The top executive at Amazon Studios said “Lord of the Rings” fans lobbied the producers of the “Rings of Power” prequel series to avoid the graphic and explicit sexual content and violence that have become commonplace on rival HBO’s “Game of Thrones” franchise.

Jennifer Salke, the former NBC Entertainment president who was lured away by Jeff Bezos in 2017 to run the e-commerce giant’s television and film department, told Variety that enthusiasts of author J.R.R. Tolkien’s tales of Middle-earth demanded a family-friendly streaming experience.

“We knew from the beginning that this was not our ‘Game of Thrones’,” she said.

In 2017, Amazon Studios struck a deal with Tolkien’s estate, buying the rights to “Rings of Power” for a whopping $250 million. Three months later, Salke took the helm.

She said fans of Tolkien immediately made their feelings known about how they want the prequel series to look.

“In fact, the fans spoke up from the minute the deal was closed, saying, ‘Please don’t try to insert sex and a level of provocative violence,’ things that don’t feel true to the stories that Tolkien wanted to tell,” Salke told Variety.

“There’s so much darkness in the world,” she added.

"Lord of the Rings: Rings of Power" has been streamed by some 100 million Amazon customers worldwide since its release last month.
“Lord of the Rings: Rings of Power” has been streamed by some 100 million Amazon customers worldwide since its release last month.
AP

“Leaning into light was the other thing that was really appealing to everybody — bringing something to our global customer base that is hopeful and has light and that a family can watch.”

Salke added: “So many people have grown up with this literature, and we wanted this series to pay it forward for new generations of Tolkien lovers.”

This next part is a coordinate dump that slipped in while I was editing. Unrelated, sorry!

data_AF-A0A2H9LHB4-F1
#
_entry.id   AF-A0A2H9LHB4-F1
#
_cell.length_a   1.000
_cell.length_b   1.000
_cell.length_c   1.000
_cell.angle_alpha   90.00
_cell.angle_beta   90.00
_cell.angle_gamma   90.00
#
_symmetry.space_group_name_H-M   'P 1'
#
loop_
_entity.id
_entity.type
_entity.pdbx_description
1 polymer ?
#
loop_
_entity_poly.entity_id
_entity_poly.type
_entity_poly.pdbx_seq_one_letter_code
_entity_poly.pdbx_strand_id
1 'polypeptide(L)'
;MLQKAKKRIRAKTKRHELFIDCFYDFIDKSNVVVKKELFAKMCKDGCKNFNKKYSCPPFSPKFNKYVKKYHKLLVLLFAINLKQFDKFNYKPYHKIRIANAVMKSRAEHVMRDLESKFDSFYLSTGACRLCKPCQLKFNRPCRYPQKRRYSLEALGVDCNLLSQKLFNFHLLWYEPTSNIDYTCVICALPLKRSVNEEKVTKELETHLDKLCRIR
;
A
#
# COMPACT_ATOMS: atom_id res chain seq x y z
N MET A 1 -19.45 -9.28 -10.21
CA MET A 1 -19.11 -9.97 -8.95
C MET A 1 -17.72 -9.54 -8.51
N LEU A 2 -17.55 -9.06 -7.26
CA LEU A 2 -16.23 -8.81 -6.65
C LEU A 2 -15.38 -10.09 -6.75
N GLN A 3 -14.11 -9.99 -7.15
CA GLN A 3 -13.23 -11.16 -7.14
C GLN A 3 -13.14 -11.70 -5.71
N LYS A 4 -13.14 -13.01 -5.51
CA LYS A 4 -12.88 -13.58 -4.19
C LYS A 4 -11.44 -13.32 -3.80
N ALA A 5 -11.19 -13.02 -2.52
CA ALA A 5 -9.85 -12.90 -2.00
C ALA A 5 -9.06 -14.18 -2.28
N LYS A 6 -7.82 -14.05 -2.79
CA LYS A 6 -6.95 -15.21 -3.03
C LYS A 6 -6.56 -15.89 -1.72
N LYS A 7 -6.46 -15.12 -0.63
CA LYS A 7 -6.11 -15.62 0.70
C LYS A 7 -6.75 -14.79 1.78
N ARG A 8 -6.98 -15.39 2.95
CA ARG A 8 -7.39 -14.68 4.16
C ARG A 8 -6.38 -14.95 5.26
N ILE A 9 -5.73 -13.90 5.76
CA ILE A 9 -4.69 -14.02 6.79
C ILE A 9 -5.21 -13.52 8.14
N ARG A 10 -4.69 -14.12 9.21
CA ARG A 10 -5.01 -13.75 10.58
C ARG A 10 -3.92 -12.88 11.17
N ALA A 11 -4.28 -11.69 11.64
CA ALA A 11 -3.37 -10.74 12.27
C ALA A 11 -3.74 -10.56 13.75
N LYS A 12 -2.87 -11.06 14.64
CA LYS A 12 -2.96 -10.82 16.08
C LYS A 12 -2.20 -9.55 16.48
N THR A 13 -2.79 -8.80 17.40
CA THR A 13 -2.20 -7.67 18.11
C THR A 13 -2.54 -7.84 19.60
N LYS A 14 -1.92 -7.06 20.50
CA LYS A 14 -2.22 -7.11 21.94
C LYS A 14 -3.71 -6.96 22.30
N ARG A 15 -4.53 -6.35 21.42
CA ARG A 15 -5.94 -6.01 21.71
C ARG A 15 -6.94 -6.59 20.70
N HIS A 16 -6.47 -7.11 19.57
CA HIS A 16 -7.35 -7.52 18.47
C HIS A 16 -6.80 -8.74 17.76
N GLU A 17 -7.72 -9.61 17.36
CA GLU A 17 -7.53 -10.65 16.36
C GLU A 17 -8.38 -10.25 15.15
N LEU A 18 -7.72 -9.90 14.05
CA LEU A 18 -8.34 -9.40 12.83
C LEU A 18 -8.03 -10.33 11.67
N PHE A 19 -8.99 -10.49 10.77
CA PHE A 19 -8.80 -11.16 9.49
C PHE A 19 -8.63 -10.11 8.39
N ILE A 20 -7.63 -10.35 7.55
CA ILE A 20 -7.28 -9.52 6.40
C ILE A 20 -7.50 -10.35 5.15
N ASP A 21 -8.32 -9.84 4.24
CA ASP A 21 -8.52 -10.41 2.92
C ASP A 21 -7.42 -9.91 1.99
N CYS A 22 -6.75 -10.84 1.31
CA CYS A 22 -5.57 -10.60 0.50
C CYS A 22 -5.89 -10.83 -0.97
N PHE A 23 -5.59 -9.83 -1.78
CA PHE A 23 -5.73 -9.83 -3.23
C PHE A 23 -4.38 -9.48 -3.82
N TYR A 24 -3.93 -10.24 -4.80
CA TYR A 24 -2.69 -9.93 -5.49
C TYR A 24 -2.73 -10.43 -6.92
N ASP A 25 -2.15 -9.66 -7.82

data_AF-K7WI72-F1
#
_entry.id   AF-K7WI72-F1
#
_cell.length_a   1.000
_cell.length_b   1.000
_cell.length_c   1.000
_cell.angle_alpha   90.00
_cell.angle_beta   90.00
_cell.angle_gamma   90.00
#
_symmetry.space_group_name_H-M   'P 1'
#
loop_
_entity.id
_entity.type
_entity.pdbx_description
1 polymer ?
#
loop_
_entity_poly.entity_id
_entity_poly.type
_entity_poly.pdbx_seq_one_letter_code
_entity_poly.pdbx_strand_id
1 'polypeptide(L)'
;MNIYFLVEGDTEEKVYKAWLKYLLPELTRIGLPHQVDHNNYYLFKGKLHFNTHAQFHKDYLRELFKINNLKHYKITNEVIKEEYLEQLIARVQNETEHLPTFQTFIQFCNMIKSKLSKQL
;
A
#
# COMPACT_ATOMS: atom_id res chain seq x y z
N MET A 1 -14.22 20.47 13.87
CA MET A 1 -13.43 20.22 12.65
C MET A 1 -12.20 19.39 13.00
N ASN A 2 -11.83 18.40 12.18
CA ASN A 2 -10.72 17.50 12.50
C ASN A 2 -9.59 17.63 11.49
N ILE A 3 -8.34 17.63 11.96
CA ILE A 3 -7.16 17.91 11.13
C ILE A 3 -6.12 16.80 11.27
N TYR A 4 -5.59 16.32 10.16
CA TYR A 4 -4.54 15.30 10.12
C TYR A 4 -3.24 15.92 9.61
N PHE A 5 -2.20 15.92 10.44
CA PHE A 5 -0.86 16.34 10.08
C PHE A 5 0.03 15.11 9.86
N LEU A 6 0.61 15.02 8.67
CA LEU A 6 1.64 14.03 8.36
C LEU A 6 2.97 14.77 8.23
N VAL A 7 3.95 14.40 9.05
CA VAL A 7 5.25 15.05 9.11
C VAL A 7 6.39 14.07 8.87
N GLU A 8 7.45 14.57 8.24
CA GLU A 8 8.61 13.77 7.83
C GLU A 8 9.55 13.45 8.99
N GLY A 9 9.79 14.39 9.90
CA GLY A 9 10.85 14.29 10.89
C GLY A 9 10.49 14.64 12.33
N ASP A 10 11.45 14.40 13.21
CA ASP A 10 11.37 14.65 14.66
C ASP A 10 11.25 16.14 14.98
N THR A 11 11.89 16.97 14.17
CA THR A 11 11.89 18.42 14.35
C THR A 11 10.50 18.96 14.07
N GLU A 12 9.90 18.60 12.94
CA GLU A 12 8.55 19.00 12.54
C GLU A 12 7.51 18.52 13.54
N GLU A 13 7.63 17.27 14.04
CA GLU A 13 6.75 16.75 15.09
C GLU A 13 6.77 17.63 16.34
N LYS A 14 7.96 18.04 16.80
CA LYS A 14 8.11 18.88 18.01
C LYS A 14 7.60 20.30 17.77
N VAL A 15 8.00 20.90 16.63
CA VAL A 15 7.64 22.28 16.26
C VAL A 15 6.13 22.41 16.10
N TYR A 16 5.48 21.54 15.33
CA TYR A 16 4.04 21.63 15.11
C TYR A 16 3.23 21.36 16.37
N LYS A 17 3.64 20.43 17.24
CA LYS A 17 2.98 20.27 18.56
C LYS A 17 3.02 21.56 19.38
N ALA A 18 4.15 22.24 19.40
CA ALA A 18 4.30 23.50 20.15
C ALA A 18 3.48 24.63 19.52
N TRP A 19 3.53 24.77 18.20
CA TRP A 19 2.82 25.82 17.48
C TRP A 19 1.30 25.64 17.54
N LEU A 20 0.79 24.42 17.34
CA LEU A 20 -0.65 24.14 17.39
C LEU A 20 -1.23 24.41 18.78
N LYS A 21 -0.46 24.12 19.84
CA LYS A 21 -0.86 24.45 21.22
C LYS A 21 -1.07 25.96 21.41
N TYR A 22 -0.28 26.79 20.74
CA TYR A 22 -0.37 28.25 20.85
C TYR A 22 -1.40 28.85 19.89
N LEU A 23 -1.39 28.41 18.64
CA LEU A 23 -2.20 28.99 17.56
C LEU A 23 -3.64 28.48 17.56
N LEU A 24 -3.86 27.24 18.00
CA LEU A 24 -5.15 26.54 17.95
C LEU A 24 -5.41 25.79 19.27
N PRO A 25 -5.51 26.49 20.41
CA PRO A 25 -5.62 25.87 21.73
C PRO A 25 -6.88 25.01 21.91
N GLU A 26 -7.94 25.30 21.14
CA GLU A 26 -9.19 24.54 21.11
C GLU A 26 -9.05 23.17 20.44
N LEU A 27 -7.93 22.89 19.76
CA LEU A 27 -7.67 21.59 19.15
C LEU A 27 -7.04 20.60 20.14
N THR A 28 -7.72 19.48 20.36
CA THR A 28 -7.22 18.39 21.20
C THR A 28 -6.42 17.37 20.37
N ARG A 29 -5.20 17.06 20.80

The stakes are high for Salke, whose division has invested hundreds of millions of dollars in producing “Rings of Power.” Some reports put the price tag as high as $1 billion.

Salke told Variety that in the month since the release of the first season, “we’re cresting toward 100 million customers having watched it so…it’s a big number.”

Salke said Amazon Studios had no intention of matching the explicit content often seen on HBO's "Game of Thrones" franchise.
Jennifer Salke said Amazon Studios had no intention of matching the explicit content often seen on HBO’s “Game of Thrones” franchise.
AP

After the first two episodes premiered last month, an estimated 25 million viewers worldwide tuned in on the Amazon Prime Video service.

Some 1.8 million US households tuned in to the premiere of the first episode within the first three days of its rollout while another 1.3 million watched the second episode, making it the highest debut of any show on Amazon Prime, according to the analytics firm Samba TV.

But viewers gave the series a thumbs down and some critics said it failed to match the quality of “House of the Dragon,” HBO’s “Game of Thrones” prequel which debuted to much fanfare this summer.

Despite the reputation for its explicit content, it took seven episodes for Rhaenyra Targaryen, played by Emma D’Arcy, to have sex with her uncle, Daemon Targaryen, who is portrayed by Matt Smith, on “House of the Dragon” on Sunday.



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Tyler Cowan